Six essential tips for preparing young adults on the spectrum for college.
Claire LaZebnik: I cried every day during freshman orientation week when I went to college. Not for any specific reason, mind you -- I just felt overwhelmed. I was 15 minutes away from my hometown but a world away from being home. I didn't know very many people, and it felt like everyone else was making new friends more easily than I was. I couldn't find my way around this strange new place and I didn't think I'd ever feel comfortable there. In the end, of course, I had a perfectly happy college experience, but I remember those early feelings of terror and wonder how much harder the transition will be for my son, who has autism, and who's planning to go to college the year after next.
Up until fairly recently, the assumption was that teenagers with autism simply wouldn't be able to go to college, so there hasn't been a lot of information out there on how to make it work for them. But with improved behavioral interventions for young kids on the spectrum, many of them are doing so well in high school that college is a real possibility. The important thing is not to simply send them off, hoping things will work out -- they still need extra support and preparation, and many colleges are offering special programs for these amazing kids.
- Do what you can to make the standardized tests more manageable. Most students with autism are eligible for accommodations on the SATs, the ACTs, and so on, such as getting extended time or having the questions read out loud, but you do need to apply for these way ahead of time, and you might need to have your child formally tested by experts beforehand. The PSATs will give you some sense of whether your child needs these accommodations or not.
- Consider a precollege program. These programs help teach kids the skills they'll need at college. Some of them offer a real taste of college life: the kids live in a dorm for a few weeks during the summer. This may be a good way to sniff out any potential pitfalls for your child so you can deal with them before he heads off to the real thing.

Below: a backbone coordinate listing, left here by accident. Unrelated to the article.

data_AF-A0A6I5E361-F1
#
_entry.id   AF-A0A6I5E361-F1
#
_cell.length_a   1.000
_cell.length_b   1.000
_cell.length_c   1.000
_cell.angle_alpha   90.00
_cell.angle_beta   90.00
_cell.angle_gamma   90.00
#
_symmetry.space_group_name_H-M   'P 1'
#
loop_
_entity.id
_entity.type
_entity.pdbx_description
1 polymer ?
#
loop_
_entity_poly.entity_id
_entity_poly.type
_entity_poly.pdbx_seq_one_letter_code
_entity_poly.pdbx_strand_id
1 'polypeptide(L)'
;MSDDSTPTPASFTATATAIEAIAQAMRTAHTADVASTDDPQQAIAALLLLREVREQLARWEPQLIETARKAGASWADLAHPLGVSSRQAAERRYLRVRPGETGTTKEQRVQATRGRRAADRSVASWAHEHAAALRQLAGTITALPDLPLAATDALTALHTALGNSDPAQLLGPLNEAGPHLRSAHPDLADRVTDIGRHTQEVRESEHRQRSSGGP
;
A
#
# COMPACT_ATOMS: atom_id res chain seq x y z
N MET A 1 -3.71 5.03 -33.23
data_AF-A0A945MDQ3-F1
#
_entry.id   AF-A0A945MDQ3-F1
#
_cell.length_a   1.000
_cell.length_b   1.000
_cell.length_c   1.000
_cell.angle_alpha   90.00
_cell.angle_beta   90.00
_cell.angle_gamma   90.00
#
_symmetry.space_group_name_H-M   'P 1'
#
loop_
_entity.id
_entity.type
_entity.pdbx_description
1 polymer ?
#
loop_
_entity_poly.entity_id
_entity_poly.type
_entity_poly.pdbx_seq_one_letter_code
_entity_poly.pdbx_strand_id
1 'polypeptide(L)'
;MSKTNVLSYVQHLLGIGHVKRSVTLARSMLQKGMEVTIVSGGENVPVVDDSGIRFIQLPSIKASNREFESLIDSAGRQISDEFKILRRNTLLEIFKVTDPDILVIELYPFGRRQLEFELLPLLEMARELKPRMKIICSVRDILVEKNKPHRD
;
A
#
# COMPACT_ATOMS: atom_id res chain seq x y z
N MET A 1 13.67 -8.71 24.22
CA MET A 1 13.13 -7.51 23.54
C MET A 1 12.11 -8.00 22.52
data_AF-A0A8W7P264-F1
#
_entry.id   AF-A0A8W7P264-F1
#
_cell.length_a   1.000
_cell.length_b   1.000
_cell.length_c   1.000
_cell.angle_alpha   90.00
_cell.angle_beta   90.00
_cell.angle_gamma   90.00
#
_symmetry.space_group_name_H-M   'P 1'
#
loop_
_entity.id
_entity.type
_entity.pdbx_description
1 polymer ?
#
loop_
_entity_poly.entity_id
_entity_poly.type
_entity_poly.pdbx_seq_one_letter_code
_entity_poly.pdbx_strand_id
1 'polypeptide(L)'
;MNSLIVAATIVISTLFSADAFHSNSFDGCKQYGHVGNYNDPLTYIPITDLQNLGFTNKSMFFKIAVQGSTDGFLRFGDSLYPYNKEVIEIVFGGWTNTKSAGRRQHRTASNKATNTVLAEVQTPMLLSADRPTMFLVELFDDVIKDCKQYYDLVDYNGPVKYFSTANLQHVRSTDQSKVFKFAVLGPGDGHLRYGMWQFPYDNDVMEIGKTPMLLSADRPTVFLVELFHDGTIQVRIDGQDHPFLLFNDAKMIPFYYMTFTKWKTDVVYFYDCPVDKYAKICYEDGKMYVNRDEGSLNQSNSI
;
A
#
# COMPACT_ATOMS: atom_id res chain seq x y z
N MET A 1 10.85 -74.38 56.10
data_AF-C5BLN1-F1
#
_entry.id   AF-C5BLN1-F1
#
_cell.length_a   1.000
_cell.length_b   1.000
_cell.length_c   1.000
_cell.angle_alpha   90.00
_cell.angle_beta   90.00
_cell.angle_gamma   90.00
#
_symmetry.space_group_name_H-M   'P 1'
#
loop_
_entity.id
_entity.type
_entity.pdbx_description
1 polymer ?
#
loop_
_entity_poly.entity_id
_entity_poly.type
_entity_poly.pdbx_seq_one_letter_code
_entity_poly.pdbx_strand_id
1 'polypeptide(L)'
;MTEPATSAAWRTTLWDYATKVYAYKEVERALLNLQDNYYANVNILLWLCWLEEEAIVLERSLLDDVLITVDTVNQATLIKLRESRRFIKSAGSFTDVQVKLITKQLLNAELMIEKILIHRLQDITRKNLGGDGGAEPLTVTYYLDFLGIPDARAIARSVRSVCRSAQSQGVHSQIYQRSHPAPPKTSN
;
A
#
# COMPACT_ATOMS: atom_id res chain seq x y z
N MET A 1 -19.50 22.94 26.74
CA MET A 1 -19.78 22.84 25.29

- Research, research, research. Many schools now offer support, from entire programs specifically for kids on the spectrum, to academic and social resources that any student can tap into as needed, to peer buddy/mentoring systems. A simple online search will lead you to lists of these varied services. Schools (like UCSB) which have their own autism centers can offer a myriad of services and support, including helping students improve crucial social skills. There might be state services available as well, depending on where your child goes to school.
- Start increasing his independent living skills before he leaves home. Some simple ways to do this: get your teenager used to being woken up by an alarm clock instead of by a parent; get her a day planner (or a phone app that works like one) and make sure she learns to enter every commitment, including things like "study for English test"; start working on academic survival skills like reviewing materials right after class -- not just when there's a test -- and asking classmates if they'll share notes.
- Get your child acquainted with his future home. Once you know where your child will be going, take him there as often as you can so he can learn his way around. If it's too far to visit, take advantage of the Internet: he can study the school's website and learn where everything is.
- Have a support system already in place before he leaves home. The extent of this system will depend on each individual student's needs, but at the very least your child should know where to go if he feels overwhelmed, isolated, or at risk of academic failure. And most young adults on the spectrum will need a lot more than emergency help; they'll need frequent checks to make sure things are going smoothly, classroom support, help with social integration and engagement, and possibly even some basic daily hygiene reminders. You're going to need to check in frequently yourself to make sure nothing is being neglected, either in person or with someone you trust who can be your eyes and ears on campus.
This is just a cursory list. You'll find more extensive advice on this subject in Growing Up on the Spectrum: A Guide to Life, Love, and Learning for Teens and Young Adults with Autism and Asperger's.
|Claire LaZebnik is the co-author, with Dr. Lynn Koegel, of Overcoming Autism: Finding the Answers, Strategies, and Hope That Can Transform a Child's Life and Growing Up on the Spectrum: A Guide to Life, Love, and Learning for Teens and Young Adults with Autism and Asperger's. She lives in Pacific Palisades with her husband and four kids.|